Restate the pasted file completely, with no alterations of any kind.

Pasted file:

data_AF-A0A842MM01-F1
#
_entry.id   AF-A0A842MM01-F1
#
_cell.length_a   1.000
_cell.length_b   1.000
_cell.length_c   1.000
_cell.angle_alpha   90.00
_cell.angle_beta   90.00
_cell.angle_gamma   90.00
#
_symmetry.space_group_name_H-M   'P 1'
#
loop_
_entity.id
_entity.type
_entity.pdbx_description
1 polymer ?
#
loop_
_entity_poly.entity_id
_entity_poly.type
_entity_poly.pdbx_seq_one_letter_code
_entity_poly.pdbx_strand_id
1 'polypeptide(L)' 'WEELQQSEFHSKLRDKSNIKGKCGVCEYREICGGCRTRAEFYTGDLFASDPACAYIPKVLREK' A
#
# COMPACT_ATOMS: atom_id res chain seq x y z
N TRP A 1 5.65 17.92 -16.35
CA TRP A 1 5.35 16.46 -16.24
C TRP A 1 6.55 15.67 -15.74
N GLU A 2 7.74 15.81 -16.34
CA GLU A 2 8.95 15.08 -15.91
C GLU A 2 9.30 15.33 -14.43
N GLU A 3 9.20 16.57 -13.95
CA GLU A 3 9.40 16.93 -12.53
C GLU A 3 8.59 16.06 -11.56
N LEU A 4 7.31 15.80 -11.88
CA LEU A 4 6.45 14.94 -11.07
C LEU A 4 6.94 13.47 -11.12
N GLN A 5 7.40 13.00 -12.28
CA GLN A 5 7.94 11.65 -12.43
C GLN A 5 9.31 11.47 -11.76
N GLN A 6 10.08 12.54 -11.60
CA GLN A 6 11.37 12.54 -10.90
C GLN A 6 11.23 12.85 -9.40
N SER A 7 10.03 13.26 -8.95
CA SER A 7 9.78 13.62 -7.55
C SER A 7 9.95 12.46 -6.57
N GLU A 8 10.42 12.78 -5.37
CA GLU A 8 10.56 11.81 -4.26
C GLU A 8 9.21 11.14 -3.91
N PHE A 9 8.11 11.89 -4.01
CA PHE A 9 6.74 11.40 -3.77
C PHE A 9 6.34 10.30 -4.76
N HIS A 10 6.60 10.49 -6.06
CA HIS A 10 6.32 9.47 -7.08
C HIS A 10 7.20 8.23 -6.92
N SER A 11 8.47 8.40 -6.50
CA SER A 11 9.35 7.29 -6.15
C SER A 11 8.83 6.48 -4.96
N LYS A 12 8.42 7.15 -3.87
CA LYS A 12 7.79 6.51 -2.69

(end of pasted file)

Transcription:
data_AF-A0A842MM01-F1
#
_entry.id   AF-A0A842MM01-F1
#
_cell.length_a   1.000
_cell.length_b   1.000
_cell.length_c   1.000
_cell.angle_alpha   90.00
_cell.angle_beta   90.00
_cell.angle_gamma   90.00
#
_symmetry.space_group_name_H-M   'P 1'
#
loop_
_entity.id
_entity.type
_entity.pdbx_description
1 polymer ?
#
loop_
_entity_poly.entity_id
_entity_poly.type
_entity_poly.pdbx_seq_one_letter_code
_entity_poly.pdbx_strand_id
1 'polypeptide(L)' 'WEELQQSEFHSKLRDKSNIKGKCGVCEYREICGGCRTRAEFYTGDLFASDPACAYIPKVLREK' A
#
# COMPACT_ATOMS: atom_id res chain seq x y z
N TRP A 1 5.65 17.92 -16.35
CA TRP A 1 5.35 16.46 -16.24
C TRP A 1 6.55 15.67 -15.74
N GLU A 2 7.74 15.81 -16.34
CA GLU A 2 8.95 15.08 -15.91
C GLU A 2 9.30 15.33 -14.43
N GLU A 3 9.20 16.57 -13.95
CA GLU A 3 9.40 16.93 -12.53
C GLU A 3 8.59 16.06 -11.56
N LEU A 4 7.31 15.80 -11.88
CA LEU A 4 6.45 14.94 -11.07
C LEU A 4 6.94 13.47 -11.12
N GLN A 5 7.40 13.00 -12.28
CA GLN A 5 7.94 11.65 -12.43
C GLN A 5 9.31 11.47 -11.76
N GLN A 6 10.08 12.54 -11.60
CA GLN A 6 11.37 12.54 -10.90
C GLN A 6 11.23 12.85 -9.40
N SER A 7 10.03 13.26 -8.95
CA SER A 7 9.78 13.62 -7.55
C SER A 7 9.95 12.46 -6.57
N GLU A 8 10.42 12.78 -5.37
CA GLU A 8 10.56 11.81 -4.26
C GLU A 8 9.21 11.14 -3.91
N PHE A 9 8.11 11.89 -4.01
CA PHE A 9 6.74 11.40 -3.77
C PHE A 9 6.34 10.30 -4.76
N HIS A 10 6.60 10.49 -6.06
CA HIS A 10 6.32 9.47 -7.08
C HIS A 10 7.20 8.23 -6.92
N SER A 11 8.47 8.40 -6.50
CA SER A 11 9.35 7.29 -6.15
C SER A 11 8.83 6.48 -4.96
N LYS A 12 8.42 7.15 -3.87
CA LYS A 12 7.79 6.51 -2.69